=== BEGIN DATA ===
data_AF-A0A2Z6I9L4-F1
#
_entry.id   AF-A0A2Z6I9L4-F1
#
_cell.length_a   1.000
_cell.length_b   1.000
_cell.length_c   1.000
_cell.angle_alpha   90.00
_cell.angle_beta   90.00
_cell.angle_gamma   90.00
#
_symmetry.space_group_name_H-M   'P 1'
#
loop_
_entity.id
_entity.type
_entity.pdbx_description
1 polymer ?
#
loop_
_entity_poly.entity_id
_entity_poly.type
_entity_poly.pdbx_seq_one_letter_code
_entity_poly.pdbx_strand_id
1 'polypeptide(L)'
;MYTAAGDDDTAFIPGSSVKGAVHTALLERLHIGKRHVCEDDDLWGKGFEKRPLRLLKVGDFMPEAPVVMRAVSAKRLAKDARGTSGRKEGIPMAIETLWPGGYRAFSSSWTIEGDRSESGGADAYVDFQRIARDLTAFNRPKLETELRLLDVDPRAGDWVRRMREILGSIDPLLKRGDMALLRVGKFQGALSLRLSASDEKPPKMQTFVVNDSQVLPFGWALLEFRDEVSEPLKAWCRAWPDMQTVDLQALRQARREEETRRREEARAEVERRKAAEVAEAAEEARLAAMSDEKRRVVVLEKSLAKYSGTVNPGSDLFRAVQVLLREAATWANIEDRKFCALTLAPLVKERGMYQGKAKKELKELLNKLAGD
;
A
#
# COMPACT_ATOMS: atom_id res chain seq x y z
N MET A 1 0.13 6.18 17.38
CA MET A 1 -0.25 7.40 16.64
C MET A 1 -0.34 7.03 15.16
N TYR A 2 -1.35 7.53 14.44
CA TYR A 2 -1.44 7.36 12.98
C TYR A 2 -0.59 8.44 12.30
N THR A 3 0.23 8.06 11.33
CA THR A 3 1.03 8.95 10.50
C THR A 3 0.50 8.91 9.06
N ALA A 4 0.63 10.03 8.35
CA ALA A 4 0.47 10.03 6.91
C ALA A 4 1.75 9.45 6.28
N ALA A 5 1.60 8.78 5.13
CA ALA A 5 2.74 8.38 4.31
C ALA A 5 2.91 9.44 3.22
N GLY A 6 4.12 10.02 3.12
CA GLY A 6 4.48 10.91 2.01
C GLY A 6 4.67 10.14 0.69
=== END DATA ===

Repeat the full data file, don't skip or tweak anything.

data_AF-A0A2Z6I9L4-F1
#
_entry.id   AF-A0A2Z6I9L4-F1
#
_cell.length_a   1.000
_cell.length_b   1.000
_cell.length_c   1.000
_cell.angle_alpha   90.00
_cell.angle_beta   90.00
_cell.angle_gamma   90.00
#
_symmetry.space_group_name_H-M   'P 1'
#
loop_
_entity.id
_entity.type
_entity.pdbx_description
1 polymer ?
#
loop_
_entity_poly.entity_id
_entity_poly.type
_entity_poly.pdbx_seq_one_letter_code
_entity_poly.pdbx_strand_id
1 'polypeptide(L)'
;MYTAAGDDDTAFIPGSSVKGAVHTALLERLHIGKRHVCEDDDLWGKGFEKRPLRLLKVGDFMPEAPVVMRAVSAKRLAKDARGTSGRKEGIPMAIETLWPGGYRAFSSSWTIEGDRSESGGADAYVDFQRIARDLTAFNRPKLETELRLLDVDPRAGDWVRRMREILGSIDPLLKRGDMALLRVGKFQGALSLRLSASDEKPPKMQTFVVNDSQVLPFGWALLEFRDEVSEPLKAWCRAWPDMQTVDLQALRQARREEETRRREEARAEVERRKAAEVAEAAEEARLAAMSDEKRRVVVLEKSLAKYSGTVNPGSDLFRAVQVLLREAATWANIEDRKFCALTLAPLVKERGMYQGKAKKELKELLNKLAGD
;
A
#
# COMPACT_ATOMS: atom_id res chain seq x y z
N MET A 1 0.13 6.18 17.38
CA MET A 1 -0.25 7.40 16.64
C MET A 1 -0.34 7.03 15.16
N TYR A 2 -1.35 7.53 14.44
CA TYR A 2 -1.44 7.36 12.98
C TYR A 2 -0.59 8.44 12.30
N THR A 3 0.23 8.06 11.33
CA THR A 3 1.03 8.95 10.50
C THR A 3 0.50 8.91 9.06
N ALA A 4 0.63 10.03 8.35
CA ALA A 4 0.47 10.03 6.91
C ALA A 4 1.75 9.45 6.28
N ALA A 5 1.60 8.78 5.13
CA ALA A 5 2.74 8.38 4.31
C ALA A 5 2.91 9.44 3.22
N GLY A 6 4.12 10.02 3.12
CA GLY A 6 4.48 10.91 2.01
C GLY A 6 4.67 10.14 0.69